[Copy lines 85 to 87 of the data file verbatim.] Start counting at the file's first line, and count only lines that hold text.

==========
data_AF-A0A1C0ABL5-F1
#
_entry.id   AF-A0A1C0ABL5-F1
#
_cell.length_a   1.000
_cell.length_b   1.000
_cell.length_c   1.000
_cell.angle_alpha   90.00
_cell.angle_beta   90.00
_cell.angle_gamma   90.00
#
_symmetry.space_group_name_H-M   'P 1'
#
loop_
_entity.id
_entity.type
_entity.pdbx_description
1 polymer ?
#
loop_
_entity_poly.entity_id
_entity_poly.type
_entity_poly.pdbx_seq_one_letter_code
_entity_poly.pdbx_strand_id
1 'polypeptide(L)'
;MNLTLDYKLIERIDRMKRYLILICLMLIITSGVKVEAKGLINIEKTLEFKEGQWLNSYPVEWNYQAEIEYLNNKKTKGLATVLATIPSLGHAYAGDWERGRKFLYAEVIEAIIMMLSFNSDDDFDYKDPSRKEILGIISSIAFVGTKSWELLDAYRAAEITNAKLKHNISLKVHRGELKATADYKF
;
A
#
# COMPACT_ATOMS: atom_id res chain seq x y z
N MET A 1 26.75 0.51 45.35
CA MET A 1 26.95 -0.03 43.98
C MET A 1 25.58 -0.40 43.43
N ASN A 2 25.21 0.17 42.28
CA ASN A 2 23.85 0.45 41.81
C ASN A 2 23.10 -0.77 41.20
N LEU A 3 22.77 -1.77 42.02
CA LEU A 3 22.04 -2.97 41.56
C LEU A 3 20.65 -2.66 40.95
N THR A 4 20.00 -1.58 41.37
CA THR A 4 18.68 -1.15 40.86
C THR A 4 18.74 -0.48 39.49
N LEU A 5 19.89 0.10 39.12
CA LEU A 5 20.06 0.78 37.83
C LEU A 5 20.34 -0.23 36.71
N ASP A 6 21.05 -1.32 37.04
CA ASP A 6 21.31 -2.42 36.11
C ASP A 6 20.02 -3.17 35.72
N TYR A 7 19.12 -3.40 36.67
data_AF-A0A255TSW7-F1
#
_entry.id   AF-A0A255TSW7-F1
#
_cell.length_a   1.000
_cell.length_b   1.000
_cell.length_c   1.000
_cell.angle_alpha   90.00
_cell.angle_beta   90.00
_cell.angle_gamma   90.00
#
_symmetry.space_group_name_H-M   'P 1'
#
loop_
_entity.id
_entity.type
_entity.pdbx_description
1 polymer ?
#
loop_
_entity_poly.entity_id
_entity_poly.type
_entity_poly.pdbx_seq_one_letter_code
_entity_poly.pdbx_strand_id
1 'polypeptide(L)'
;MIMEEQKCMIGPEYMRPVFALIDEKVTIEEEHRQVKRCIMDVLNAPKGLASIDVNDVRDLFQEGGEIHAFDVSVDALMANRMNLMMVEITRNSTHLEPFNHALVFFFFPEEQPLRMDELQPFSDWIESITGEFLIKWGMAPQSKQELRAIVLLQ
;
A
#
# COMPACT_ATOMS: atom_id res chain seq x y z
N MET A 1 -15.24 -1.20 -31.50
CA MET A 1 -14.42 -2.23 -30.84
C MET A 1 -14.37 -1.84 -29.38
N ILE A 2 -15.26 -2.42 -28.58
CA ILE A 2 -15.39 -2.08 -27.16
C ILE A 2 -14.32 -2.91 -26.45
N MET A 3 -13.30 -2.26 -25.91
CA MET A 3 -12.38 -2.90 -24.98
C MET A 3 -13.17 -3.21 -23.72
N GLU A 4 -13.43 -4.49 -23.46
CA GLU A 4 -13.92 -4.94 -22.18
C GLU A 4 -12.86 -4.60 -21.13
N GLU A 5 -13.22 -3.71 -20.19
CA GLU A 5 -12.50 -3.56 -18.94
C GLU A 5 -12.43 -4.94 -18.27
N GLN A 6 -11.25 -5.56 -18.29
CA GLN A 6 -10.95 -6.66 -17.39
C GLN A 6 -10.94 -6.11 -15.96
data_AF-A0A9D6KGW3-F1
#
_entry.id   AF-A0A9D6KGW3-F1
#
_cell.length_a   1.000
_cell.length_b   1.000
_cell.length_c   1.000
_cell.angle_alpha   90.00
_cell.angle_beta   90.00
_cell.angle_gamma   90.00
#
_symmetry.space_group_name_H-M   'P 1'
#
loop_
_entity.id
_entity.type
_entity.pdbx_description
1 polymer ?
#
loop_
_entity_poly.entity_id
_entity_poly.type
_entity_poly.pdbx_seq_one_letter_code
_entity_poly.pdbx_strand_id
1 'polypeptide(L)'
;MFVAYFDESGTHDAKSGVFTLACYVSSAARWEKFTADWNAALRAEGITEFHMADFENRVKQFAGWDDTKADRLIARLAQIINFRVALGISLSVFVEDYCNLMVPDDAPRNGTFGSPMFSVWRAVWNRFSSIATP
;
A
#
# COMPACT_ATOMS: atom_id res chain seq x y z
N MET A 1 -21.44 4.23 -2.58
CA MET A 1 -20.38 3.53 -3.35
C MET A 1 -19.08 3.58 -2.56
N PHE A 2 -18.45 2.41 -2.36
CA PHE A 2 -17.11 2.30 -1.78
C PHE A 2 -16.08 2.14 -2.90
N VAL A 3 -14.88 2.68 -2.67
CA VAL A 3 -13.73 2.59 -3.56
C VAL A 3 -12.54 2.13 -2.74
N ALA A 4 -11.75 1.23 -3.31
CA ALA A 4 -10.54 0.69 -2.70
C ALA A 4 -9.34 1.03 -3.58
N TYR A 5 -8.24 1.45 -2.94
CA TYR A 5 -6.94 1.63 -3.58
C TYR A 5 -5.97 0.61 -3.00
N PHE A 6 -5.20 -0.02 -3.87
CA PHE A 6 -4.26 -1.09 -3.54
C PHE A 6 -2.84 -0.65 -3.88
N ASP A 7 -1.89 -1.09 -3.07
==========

C ILE A 2 -14.32 -2.91 -26.45
N MET A 3 -13.30 -2.26 -25.91
CA MET A 3 -12.38 -2.90 -24.98